The recent Memorial Day holiday tends to get people thinking about lives lost. Traditionally, it brings about memories of those who died in active military service. Whatever the circumstance, it is a day that reminds us to honor loved ones who are no longer with us.
Some families choose to commemorate those individuals using different methods, such as the Batavia Park District Memorial Program. The program offers uplifting ways to celebrate the life of a loved one or express sympathy or condolences for the loss of a friend, family member or pet. Options include planting a tree, installing a bench, or getting a brick at the Bark Park through the Pet Memorial Program.
Although it was not because of active duty, I lost my older brother when I was just 13 years old. A few years after he passed away, my family worked with our local park district to plant a tree in his honor at a park near our home. Now, more than 20 years later, the tree has grown and thrived, and we are thankful to have a living remembrance of him. It has provided a place to visit and remember him, and has provided the park with another beautiful tree that can be enjoyed by future generations.
Before the program existed in Batavia, the Park District received multiple requests to offer a similar program that was available in other communities. It’s been nearly five years since the program launched.
“The program is not just for memorializing those that have passed away, but also for celebrating those who are still in our lives. How great would it be to plant a tree to honor the birth of a child and see that tree grow together with them over the years,” said director of capital project and contractual services Jim Eby, who manages the Park District’s Memorial Program.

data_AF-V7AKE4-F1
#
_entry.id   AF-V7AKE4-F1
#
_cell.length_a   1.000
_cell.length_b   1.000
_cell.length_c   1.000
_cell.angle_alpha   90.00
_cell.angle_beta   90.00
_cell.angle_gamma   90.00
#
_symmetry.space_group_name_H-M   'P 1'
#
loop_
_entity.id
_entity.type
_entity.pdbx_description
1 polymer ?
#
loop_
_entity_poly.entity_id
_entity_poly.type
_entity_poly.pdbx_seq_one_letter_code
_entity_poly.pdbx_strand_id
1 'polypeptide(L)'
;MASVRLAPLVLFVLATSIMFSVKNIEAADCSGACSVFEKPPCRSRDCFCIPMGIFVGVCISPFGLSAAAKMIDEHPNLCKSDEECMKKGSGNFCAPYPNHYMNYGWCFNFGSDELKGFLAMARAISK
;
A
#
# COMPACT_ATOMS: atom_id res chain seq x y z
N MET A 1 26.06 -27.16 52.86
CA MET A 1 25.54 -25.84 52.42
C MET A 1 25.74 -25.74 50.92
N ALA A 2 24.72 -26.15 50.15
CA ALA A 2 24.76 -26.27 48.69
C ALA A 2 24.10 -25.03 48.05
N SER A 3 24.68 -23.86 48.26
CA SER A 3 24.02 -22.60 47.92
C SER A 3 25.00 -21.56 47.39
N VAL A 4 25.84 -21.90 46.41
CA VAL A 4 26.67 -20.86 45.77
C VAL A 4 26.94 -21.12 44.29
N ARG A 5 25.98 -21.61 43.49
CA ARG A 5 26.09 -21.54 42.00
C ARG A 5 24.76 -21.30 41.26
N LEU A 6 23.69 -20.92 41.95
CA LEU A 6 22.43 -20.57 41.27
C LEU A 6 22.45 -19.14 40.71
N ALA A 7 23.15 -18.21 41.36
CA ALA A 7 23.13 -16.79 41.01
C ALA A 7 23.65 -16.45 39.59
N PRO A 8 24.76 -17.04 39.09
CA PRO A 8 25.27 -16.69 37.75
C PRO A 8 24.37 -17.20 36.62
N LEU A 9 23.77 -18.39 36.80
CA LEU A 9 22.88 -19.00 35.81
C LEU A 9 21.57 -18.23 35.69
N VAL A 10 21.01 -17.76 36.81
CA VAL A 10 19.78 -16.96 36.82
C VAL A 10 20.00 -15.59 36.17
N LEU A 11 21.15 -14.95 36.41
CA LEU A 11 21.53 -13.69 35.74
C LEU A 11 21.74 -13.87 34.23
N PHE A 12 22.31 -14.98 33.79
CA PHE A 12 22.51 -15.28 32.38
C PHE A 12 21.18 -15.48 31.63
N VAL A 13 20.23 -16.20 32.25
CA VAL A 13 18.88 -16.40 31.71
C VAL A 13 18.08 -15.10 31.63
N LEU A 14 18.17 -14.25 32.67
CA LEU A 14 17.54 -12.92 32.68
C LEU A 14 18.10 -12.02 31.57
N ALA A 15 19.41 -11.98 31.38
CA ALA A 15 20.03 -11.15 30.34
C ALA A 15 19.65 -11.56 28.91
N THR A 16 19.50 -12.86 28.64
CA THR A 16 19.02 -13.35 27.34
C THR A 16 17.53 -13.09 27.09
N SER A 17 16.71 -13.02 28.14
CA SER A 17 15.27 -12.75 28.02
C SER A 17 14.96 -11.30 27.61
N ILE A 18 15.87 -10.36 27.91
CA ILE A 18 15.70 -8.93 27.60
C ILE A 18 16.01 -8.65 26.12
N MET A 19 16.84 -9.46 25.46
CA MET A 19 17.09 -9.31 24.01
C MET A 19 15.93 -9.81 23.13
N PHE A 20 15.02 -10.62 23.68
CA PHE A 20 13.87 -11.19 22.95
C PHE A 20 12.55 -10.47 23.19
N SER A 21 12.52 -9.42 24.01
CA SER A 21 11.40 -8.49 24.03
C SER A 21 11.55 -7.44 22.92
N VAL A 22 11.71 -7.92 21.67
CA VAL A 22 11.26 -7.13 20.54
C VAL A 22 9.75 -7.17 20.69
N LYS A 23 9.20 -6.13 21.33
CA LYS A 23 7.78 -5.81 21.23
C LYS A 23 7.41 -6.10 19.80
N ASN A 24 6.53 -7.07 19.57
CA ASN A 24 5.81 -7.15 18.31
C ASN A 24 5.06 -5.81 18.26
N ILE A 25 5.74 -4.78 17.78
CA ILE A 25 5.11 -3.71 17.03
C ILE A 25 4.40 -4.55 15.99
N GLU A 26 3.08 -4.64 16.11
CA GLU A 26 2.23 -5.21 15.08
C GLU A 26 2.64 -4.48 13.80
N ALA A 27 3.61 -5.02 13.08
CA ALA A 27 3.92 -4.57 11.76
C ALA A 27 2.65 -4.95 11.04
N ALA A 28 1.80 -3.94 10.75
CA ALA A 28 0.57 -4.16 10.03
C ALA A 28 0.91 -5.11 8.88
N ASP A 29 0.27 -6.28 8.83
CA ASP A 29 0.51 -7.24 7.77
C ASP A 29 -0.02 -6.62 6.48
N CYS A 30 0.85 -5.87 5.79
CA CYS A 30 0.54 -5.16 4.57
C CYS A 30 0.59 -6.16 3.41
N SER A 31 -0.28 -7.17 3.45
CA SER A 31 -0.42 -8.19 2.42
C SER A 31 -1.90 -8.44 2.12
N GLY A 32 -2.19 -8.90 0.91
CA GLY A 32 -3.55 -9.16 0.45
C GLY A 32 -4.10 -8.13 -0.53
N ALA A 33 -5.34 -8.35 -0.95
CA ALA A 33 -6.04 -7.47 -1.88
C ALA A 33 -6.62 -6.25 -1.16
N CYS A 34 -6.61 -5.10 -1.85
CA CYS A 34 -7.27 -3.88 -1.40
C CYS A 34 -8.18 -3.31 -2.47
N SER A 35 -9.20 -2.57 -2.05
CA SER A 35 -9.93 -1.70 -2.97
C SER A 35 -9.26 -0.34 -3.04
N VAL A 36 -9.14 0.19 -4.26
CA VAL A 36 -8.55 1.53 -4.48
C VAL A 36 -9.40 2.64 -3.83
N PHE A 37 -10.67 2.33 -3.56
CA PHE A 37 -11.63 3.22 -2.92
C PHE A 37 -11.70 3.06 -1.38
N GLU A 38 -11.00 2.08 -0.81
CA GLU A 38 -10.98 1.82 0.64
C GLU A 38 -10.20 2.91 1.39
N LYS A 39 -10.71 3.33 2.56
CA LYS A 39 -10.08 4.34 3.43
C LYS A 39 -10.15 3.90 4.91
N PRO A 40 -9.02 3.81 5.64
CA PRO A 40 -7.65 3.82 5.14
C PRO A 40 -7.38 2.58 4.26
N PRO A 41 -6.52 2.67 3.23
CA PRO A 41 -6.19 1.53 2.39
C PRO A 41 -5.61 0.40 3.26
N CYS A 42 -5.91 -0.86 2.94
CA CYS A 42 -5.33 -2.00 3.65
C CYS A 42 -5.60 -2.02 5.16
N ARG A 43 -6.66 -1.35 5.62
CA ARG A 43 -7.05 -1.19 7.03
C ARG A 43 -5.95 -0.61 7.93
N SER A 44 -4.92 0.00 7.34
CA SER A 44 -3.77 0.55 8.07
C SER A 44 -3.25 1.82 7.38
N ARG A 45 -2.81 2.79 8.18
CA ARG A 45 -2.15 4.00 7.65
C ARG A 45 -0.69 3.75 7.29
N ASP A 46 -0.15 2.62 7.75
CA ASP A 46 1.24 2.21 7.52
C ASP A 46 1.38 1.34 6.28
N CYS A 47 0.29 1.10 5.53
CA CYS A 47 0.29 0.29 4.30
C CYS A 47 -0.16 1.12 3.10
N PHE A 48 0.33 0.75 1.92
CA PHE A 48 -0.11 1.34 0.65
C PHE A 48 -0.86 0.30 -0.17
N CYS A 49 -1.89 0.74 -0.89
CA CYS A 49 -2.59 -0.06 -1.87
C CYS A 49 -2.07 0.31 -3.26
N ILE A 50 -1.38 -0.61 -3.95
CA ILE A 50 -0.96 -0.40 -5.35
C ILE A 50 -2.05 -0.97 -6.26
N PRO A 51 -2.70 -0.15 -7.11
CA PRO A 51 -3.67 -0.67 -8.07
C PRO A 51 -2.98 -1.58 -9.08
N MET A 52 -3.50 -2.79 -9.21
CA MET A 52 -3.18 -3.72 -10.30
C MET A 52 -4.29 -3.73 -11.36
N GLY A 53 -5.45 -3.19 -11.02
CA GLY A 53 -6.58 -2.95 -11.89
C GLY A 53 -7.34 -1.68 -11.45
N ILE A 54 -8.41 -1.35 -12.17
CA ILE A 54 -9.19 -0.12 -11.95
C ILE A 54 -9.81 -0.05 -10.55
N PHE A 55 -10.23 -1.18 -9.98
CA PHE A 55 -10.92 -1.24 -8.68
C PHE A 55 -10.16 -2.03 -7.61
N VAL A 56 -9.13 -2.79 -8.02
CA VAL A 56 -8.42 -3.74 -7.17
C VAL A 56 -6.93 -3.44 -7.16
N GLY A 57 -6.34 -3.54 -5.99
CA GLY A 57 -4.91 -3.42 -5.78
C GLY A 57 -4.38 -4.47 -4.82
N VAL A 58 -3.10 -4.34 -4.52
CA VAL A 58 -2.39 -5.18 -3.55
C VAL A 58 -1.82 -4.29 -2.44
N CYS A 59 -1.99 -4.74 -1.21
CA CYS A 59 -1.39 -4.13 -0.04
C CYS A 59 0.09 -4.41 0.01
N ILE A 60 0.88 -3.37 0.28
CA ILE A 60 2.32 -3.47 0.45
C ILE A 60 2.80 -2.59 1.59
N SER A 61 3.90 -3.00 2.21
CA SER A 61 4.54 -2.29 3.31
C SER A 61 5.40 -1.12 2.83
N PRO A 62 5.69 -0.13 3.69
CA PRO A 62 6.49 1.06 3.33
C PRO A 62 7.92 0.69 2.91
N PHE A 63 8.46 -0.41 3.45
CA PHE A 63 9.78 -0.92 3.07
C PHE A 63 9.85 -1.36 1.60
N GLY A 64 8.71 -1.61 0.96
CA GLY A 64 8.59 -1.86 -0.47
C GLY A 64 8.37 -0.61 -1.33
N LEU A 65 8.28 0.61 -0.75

One example of this stewardship is a swamp white oak tree that was planted at the Batavia Riverwalk thanks to a donation from the Batavia Woman’s Club Conservation and Garden Department to the Plain Dirt Gardeners organization. The Plain Dirt Gardeners manage the native plants along the Riverwalk and were thrilled to accept the donation.
“Both organizations are promoting the further beautification of the Batavia Riverwalk, not just today, but for the community to enjoy for hundreds of years,” said Sarah Kimber, steward of the Wildflower Sanctuary at the Batavia Riverwalk.
The Park District also recognizes that for many people, pets are family, too. The Pet Memorial Program was launched in 2015, allowing owners to commemorate their furry friend through a bench, memorial brick or piece of agility equipment to be installed at the Batavia Bark Park.
Andrea Dugger recently bought a brick for her weimaraner, Lexi, who is alive and well. Dugger moved to Batavia last year to live with her parents after becoming disabled. She formerly had been very active with Lexi, who boasts seven distinguished titles to her name, and was elated when they discovered the Bark Park.
“That park has been the best thing that ever happened to us,” Dugger said. “It allowed me and Lexi to get outside and be active again. I also wanted to celebrate all of Lexi’s accomplishments and knowing that the funds from the memorial brick helped support the park and contribute towards more pet events, it was win-win for everyone.”
To learn more about the Batavia Park District’s memorial and pet memorial programs, visit www.bataviaparks.org.
Katie Drum is the director of marketing and public relations for the Batavia Park District. The “Park District Dish” column runs the second Thursday of each month in the Kane County Chronicle. Contact Drum at firstname.lastname@example.org.